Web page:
Sleep deprivation may sound like a form of torture for some, but in controlled scientific settings, it has been found to be a fast-acting treatment for depression. In a recent meta-analysis done by the Perelman School of Medicine at the University of Pennsylvania, sleep deprivation reduced depression symptoms in about half of the subjects treated. Partial sleep deprivation, defined as 3-4 hours of sleep followed by 20-21 hours of forced wakefulness was just as effective as total sleep deprivation (36 hours). Medication did not significantly affect the results. While medication is the most commonly used treatment for depression, sleep deprivation in a 24 hour period can improve symptoms of depression much faster. Antidepressant medications, on the other hand, typically take 6-8 weeks or more to take effect. Sleep deprivation may improve the symptoms of depression in over 16 million people that suffered from major depressive episodes in 2014. Despite over 75 earlier studies in support of sleep deprivation and depression, the response rate of sleep deprivation has not been evaluated since 1990.
While the beneficial effects of sleep deprivation were recognized over 30 years ago, researchers still do not appear to fully understand how effective the treatment is or how to reach the best clinical results. The analysis done by associate psychology professor Philip Gehlman of the Penn Sleep Center is able to report how effective sleep deprivation is and which populations would benefit from such a treatment. After evaluating over 2,000 studies, the team of researchers extracted information from 66 studies over a 36-year time frame. The group looked at type and timing of sleep deprivation (early vs late, partial vs full), clinical sample (major depression, manic episodes or both), age, gender and medication status of individuals. They also evaluated the definitions of sleep deprivation across studies and how they differed.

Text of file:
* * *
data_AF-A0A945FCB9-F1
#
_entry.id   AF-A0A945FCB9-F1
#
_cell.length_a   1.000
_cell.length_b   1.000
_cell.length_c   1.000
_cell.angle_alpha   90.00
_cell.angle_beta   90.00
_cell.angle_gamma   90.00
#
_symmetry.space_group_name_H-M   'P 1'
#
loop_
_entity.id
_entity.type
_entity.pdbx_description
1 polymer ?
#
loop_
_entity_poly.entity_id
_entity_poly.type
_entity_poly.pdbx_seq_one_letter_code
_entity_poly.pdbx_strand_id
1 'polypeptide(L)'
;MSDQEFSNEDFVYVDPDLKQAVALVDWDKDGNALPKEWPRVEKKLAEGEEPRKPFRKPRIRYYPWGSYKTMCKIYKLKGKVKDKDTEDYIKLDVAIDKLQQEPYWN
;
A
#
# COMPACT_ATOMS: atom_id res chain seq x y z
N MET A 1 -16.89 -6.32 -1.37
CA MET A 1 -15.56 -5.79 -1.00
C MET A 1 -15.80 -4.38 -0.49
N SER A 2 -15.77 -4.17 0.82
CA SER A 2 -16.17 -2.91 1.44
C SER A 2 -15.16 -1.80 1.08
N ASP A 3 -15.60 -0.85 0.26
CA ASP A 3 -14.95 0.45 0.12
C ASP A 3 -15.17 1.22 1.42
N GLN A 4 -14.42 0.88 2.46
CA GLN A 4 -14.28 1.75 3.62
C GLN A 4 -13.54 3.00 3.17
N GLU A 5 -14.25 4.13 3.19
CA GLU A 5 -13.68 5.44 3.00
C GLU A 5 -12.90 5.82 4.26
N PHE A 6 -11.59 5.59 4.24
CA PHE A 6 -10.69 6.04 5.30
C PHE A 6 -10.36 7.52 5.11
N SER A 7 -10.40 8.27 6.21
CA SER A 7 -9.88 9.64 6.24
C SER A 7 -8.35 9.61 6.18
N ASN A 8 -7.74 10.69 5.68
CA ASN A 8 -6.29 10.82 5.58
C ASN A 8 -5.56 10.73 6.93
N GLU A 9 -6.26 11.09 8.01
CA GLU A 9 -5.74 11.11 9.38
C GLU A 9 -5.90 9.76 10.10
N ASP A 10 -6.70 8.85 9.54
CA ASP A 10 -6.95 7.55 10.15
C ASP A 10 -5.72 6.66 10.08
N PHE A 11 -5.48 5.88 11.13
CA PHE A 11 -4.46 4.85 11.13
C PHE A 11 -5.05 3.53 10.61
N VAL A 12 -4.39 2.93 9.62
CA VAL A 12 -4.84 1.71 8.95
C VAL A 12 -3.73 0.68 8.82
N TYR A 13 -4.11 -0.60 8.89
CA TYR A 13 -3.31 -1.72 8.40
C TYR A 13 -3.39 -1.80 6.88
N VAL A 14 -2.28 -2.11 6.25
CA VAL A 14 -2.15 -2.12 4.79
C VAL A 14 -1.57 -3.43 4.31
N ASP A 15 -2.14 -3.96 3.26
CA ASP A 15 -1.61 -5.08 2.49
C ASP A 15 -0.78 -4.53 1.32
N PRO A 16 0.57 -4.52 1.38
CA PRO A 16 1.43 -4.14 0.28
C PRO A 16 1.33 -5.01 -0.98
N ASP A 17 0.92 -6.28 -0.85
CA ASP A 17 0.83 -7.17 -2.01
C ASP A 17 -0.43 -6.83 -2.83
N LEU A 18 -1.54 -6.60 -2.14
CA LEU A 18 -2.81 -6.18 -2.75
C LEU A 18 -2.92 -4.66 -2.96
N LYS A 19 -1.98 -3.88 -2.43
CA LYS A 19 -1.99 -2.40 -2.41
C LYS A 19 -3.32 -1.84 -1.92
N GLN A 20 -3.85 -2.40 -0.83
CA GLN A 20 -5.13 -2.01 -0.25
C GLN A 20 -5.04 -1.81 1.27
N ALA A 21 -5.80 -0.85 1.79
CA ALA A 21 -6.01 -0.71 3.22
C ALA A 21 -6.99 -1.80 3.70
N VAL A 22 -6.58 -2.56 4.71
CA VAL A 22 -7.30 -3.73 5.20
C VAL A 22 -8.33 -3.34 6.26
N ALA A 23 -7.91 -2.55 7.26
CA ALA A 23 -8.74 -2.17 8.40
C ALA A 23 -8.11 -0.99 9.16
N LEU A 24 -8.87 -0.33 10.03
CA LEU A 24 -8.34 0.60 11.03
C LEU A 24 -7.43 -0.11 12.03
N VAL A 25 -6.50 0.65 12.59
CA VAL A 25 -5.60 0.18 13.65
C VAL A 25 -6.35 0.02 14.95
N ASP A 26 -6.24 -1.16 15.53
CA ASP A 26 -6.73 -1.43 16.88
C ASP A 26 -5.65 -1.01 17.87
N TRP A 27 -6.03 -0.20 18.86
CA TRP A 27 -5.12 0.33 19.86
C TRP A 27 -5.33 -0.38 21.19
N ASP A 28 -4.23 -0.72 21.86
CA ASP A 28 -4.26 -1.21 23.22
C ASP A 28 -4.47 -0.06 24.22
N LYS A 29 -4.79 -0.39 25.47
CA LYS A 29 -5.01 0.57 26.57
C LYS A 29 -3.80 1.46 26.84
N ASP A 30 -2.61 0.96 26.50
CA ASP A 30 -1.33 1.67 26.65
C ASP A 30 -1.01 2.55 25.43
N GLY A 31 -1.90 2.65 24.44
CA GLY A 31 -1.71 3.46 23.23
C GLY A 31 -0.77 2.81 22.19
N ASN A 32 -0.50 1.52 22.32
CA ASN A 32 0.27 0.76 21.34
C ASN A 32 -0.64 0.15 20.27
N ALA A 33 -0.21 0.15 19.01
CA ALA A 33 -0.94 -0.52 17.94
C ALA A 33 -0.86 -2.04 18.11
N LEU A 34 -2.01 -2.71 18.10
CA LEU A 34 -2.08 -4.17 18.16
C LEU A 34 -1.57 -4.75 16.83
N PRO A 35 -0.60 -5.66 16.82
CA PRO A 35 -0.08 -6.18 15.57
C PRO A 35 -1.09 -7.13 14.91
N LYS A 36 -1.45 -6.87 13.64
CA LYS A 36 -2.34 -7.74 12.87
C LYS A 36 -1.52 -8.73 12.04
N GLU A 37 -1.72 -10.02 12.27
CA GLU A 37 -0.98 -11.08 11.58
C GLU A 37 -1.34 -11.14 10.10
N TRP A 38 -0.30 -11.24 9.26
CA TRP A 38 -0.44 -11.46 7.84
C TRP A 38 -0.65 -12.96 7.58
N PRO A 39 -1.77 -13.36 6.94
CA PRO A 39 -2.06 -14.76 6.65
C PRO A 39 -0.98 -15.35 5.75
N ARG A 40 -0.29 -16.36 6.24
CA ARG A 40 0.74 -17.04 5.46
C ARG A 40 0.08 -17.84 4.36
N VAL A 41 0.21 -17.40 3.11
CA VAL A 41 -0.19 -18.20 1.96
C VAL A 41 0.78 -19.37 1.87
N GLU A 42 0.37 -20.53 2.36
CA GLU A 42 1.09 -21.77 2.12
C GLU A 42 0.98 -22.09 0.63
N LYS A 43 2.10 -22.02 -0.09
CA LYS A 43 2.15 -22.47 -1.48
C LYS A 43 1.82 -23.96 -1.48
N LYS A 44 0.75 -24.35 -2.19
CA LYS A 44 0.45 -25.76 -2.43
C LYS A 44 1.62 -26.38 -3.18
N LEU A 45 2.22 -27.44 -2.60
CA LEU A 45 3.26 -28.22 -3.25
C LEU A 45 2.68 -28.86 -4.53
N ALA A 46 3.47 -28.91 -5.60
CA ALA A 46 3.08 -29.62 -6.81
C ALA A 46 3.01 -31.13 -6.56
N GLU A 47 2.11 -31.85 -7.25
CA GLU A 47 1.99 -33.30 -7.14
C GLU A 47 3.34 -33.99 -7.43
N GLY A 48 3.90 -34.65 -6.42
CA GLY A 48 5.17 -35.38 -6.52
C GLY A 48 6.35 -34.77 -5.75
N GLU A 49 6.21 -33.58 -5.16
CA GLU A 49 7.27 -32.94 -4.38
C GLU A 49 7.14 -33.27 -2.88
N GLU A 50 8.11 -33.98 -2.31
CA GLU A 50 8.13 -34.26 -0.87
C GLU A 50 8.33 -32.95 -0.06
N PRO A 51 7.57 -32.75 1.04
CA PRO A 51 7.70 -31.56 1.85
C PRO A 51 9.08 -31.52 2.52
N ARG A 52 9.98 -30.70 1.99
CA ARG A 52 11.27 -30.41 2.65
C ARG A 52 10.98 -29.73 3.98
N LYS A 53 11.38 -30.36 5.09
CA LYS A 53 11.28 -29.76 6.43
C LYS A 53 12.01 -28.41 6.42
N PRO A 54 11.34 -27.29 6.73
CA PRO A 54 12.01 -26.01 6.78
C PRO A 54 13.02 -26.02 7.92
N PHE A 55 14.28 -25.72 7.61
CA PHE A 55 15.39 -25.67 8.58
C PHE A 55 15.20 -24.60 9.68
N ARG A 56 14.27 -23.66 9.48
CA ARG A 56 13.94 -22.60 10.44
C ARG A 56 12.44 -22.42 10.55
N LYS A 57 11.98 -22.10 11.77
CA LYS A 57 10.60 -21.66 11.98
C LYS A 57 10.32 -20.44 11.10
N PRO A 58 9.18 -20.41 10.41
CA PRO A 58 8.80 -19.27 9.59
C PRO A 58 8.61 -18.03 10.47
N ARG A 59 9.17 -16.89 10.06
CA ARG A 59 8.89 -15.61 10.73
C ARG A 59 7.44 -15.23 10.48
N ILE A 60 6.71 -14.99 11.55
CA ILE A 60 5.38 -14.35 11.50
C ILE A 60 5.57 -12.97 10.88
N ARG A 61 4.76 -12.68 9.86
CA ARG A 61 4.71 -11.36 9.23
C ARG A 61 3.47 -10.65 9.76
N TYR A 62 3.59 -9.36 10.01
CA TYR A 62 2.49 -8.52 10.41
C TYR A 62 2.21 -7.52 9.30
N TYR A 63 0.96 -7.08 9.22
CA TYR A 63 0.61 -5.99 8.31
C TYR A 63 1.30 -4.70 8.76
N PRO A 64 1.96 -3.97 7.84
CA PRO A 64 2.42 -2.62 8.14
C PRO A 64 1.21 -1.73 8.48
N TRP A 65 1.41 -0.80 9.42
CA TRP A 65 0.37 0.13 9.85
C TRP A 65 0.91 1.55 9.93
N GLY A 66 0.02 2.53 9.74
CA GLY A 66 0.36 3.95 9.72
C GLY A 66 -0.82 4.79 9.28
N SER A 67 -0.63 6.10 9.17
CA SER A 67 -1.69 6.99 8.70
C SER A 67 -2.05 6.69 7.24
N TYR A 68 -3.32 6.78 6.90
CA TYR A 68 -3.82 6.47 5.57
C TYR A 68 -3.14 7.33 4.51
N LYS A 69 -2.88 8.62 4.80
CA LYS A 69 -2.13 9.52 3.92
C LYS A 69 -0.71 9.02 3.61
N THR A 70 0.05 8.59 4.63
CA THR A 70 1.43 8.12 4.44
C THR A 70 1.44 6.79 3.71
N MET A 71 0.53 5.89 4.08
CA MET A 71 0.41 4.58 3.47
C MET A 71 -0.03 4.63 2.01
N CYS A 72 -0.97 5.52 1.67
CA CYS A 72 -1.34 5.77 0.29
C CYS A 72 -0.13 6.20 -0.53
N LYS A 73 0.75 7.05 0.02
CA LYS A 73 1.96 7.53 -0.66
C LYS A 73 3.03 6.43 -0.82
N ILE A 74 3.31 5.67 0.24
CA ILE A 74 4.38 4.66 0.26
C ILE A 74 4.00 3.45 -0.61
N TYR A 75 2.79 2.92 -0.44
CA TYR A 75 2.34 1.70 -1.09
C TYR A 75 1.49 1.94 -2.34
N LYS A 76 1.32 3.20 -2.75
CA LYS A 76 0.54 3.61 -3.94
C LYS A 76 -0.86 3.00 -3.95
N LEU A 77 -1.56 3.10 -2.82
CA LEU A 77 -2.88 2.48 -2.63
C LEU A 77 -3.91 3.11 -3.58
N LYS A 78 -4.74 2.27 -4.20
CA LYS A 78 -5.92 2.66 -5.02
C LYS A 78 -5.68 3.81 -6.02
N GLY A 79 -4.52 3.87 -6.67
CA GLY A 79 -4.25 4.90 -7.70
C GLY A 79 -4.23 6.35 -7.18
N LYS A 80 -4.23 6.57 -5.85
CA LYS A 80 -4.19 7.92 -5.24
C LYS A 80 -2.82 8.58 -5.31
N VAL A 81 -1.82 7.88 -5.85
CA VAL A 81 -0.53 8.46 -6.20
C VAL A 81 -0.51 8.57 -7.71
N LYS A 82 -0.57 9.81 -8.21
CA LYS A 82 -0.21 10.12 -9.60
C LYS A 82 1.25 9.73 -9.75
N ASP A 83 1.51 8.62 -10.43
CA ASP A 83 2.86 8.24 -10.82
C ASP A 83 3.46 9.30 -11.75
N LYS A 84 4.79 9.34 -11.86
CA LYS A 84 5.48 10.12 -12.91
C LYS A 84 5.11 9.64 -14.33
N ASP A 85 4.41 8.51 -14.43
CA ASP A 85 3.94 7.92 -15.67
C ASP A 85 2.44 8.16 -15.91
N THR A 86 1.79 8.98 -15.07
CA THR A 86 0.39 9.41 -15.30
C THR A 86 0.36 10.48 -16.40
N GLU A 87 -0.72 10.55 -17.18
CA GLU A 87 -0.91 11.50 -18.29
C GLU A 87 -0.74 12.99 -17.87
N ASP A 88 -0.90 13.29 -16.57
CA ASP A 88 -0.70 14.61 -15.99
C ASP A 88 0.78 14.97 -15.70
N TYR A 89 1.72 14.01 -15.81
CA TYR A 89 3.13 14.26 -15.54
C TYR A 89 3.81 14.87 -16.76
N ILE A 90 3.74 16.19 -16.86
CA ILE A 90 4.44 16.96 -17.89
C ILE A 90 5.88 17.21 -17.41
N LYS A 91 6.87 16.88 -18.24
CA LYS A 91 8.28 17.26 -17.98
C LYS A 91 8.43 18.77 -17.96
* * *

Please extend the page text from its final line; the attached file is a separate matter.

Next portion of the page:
The studies in their analysis indicated that sleep deprivation is useful for several populations. Response rate was equal regardless of type of depression or how sleep deprivation was enforced. Ongoing research is necessary to pinpoint exactly how deprivation of sleep offers a quick and impactful reduction in depression symptoms. Future studies should also have a more comprehensive evaluation of possible predictors of outcomes of treatment from sleep deprivation to assess which patients are most likely to benefit.
If you or someone you know suffers from depression, it may be worth talking to a healthcare provider about how to incorporate sleep deprivation into your treatment. If you’re having trouble getting to sleep or staying asleep, avoid caffeine after 2 PM and stop eating a few hours prior to bedtime. Alcohol consumption can also disrupt sleep and may impact depression further.
By Lisa Andrews, MED, RD, LD
- Elaine M. Boland, PhD; Hengyi Rao, PhD; David F. Dinges, PhD; Rachel V. Smith, PhD; Namni Goel, PhD; John A. Detre, MD; Mathias Basner, MD, PhD; Yvette I. Sheline, MD; Michael E. Thase, MD; and Philip R. Gehrman, PhD. Meta-Analysis of the Antidepressant Effects of Acute Sleep Deprivation. J. Clinical Psychiatry. 10.4088/JCP.16r11332.
Printable Handout: Sleep and Depression Handout
Stephanie Ronco has been editing in a professional capacity for the past 10 years. In addition to her work as an editor, Ronco has also served as a ghostwriter and writing tutor. A voracious reader, Ronco loves watching language evolve and change. When she’s not delving into her latest project, Ronco can be found teaching acting classes, performing in community theater, or sailing with her husband.